A handful of dissenting voices would arise from amid the rabble, of course; a scant smattering who suggested that rather than blame the monkeys, perhaps attention should be focused upon the organ grinders. That maybe it was time to address the host of institutionalized failings that allowed Bernadette to go to her death in the first place — failings that the Royal Society for the Prevention of Accidents had been campaigning against since 66 people died at a Glasgow soccer match in 1971, but which would continue to beleaguer public events in the U.K. for the next fifteen years.
It took 96 fatalities at the Hillsborough soccer stadium disaster in 1989 to finally convince the authorities to stop treating crowds like cattle, and to even begin to acknowledge the lessons they could have learned so many years beforehand. Until then, the guilt-go-round just kept on spinning, because that’s the other thing about a nice, juicy scandal. If you don’t want people to ask the right questions, you just make them look in the wrong direction.
The day after the Cassidy show, singers Michael Des Barres and Nick Lowe were at the Speakeasy nightclub with music journalist Nick Kent. Des Barres recalls, “we were talking about the David Cassidy thing, (which) I found… unbelievably relevant and incredibly important to pop culture, so I said let’s write a song called ‘Teenybopper Death (He Loves You, Bernadette)’.”
Lowe and Kent laughed, and they flung a few potential lyrics around — “crushed at the front, it was no publicity stunt,” is the one that Des Barres remembers, although he doubts whether it would have made the final cut, had he and Lowe taken the idea any further.
“Bernadette’s death upset me a great deal,” he recalls. “I expect somebody to be killed at Altamont, at a Stones gig or a Silverhead gig, but I don’t expect them to be killed at a light entertainment concert. I figured it was sociologically interesting. It was a very interesting story; it didn’t make sense and I wanted to make sense of it."
But then Nick Kent mentioned it in the following week’s New Musical Express, “and the shit hit the fan. We hadn’t even written the song, but he put it in the NME. (Bernadette’s) father went bonkers, the national press had pictures of me with skulls and pound signs all around my picture, and I was a pariah.”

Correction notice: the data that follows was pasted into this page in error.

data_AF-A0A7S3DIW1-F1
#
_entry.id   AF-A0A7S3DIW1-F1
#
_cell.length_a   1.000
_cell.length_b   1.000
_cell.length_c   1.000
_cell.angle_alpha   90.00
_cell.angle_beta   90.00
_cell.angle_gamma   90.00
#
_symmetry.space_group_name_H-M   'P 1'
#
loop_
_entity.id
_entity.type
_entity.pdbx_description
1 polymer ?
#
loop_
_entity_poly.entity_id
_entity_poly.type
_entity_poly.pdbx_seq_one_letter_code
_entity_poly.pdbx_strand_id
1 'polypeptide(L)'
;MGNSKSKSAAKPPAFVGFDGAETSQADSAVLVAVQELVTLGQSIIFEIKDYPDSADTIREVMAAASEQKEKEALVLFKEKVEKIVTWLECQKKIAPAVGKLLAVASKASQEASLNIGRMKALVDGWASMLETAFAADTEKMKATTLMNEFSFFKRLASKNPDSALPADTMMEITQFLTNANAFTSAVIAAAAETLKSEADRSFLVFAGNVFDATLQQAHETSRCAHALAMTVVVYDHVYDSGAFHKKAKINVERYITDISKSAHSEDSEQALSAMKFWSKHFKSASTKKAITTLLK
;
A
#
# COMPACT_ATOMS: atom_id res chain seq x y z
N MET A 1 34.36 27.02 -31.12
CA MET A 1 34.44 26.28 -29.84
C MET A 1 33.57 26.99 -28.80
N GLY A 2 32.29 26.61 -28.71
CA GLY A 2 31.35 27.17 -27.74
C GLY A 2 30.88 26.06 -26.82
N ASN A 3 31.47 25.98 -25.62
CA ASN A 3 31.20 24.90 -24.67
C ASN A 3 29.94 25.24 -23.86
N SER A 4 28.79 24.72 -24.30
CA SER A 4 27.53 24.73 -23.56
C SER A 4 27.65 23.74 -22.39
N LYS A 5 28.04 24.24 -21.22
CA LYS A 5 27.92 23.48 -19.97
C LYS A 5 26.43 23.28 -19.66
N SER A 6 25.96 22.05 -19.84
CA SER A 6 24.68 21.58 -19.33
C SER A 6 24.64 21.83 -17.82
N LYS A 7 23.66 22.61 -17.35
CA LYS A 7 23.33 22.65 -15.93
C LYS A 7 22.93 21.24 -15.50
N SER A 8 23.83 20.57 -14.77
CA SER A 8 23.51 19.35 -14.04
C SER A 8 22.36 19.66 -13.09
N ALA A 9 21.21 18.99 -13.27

Des Barres tried to explain, but of course his reasonings fell on deaf ears. What he wanted to do was “point out the absolute awfulness of this pop star having to deal with this poor young girl’s death. But it was seen in another light. Even the degenerates who I was getting coke from; even the coke dealers turned their backs on me,” he recalls, “because I was this awful exploiter of this poor girl’s memory.”
Yes. Didn’t you realize that was the papers’ job?
The furor faded and, with it, both the memories and the cast of this drama. White City was never again employed for a major concert, and was demolished in the mid-1980s — around the same time, coincidentally, as David Cassidy made his return to the live scene, after more than a decade in virtual retirement.
True to his word, but with shock and grief compounding his disillusion, the idol retreated from fame, and fame retreated from him. His first post-retirement album, the superlative The Higher They Climb, The Harder They Fall, coasted on the last gentle waves of old-time’s-sake fandom, and at least spun off a couple of hit singles. But from thereon in, he barely bothered the chart, and when he did return to the stage, he was effectively already a nostalgia act, playing to the housewives that his original fans had become, and turning out the hits that they demanded to hear.
Bernadette never had the chance to become one of those housewives, or anything else for that matter. Her death did not change things, did not lead to sweeping reforms, did not offer society anything beyond the lasting grief of her family and friends, and the passing panic of parents and press.
But that does not mean she has been forgotten… which, in turn, doesn’t mean you can Google her, and read the same sentence or two on a few dozen websites, and a peculiar piece of fannish fiction on one of the Cassidy websites.
Bernadette lives on in every gig we go to, in every record we play. Not because of how she died, or where or whatever; she was neither a martyr nor a sacrifice, nor any of the other absurd tags that mythology likes to attach to its tragedies.
She was simply the fan that we all once were, just as we are the fans that she should have grown up to become... the Not-unknown Soldier of '70s rock and pop.
Remember her, please.